Maybe I am the hunter my mother named me for. Perhaps I’ll find the flash dust we need to survive the night.
The word whirls through me, elusive, burning, and powerful.
There are numerous characters who come and go throughout the story as well, tugging at our heartstrings when they fight and resist for freedom and for some, breaking our hearts as they sacrifice their life for the continuation of the resistance. I was a little disappointed that after the initial introduction to the world, Orion and Dram get transported to places where they have to fight for their lives in a reminiscent way to the other dystopians out there. The call for rebellion was already something I expected (being a science fiction story featuring an unfair social hierarchy), but survival against other humans brought it too close to the numerous others out there. As the characters delved farther from the mines and more revelations came, I felt like the story started becoming more predictable in terms of its twists.
There are also people called Conjurers that can manipulate the natural elements in the story, and I feel like they’ll become more important in the sequel. Either way, I’m hoping that the next discoveries we take stray from the usual things we see in dystopian novels. I have high hopes, considering the way the author set up the resolution of this story. And I will be highly anticipating the release of the sequel as well! Orion and Dram have definitely become characters close to my heart.
Maybe I’m not like the glass, after all. Maybe I’m the point of an axe, strong enough to shatter cirrium.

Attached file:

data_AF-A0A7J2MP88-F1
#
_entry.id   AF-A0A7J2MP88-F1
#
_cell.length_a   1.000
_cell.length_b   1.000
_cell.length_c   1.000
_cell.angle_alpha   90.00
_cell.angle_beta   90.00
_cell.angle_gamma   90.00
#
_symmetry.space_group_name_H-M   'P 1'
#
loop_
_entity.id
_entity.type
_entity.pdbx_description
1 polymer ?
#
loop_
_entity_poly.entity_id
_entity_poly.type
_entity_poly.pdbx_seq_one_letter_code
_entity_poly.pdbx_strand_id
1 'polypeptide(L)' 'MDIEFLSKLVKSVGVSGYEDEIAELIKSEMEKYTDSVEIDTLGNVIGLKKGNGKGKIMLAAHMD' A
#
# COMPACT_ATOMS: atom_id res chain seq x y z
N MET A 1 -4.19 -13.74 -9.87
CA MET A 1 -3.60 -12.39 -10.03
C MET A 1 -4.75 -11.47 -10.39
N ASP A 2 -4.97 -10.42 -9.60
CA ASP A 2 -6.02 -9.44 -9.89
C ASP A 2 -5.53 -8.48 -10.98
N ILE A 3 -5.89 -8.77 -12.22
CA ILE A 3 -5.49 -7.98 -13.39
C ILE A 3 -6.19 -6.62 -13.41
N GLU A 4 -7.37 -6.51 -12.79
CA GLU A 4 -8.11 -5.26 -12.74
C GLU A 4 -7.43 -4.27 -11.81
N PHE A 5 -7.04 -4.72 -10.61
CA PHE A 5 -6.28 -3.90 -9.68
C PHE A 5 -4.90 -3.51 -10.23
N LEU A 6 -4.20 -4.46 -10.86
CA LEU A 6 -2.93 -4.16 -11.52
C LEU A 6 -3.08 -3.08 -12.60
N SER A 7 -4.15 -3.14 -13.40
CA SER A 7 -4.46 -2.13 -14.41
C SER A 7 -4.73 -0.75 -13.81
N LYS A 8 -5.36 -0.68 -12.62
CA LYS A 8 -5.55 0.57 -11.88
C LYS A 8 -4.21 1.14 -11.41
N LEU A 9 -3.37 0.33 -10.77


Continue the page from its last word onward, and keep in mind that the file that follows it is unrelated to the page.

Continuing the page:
The romance was slow to develop yet so important and never precedes the battle of survival that the characters have to endure. It’s drama-free and builds up gradually as the characters realize how significant they’ve become to the other throughout all their years of mining and trusting each other with their lives. Rather than causing strife and separation, the romance allows the characters to become stronger with the other by their side. Dram and Orion are both tough on their own, but draw up strength from the other to carry out their goals. (And yes, their relationship is goals).
It’s been so long since I’ve read a science-fiction/dystopian that calls for the uprising of the minorities, and Flashfall is perfect to fill up what I’ve been missing. Fans of action, revolution, and characters who are ready and willing to take up a stand for justice need to check this one out. There’s also a superb romance in the backdrop that never hinders the plot, just enhances it, and exhilarating scenes that keep you on your toes and ready to flip to the next page. Orion was a great character that fell in the labels of “special snowflake” at rare times but for the most part had a resilient and sometimes impetuous character that’s daring enough to break the boundaries of oppression. I adored every minute of this book, and dystopian fans will, too.
Rating: 4.5 out of 5
Thank you Macmillan for the review copy!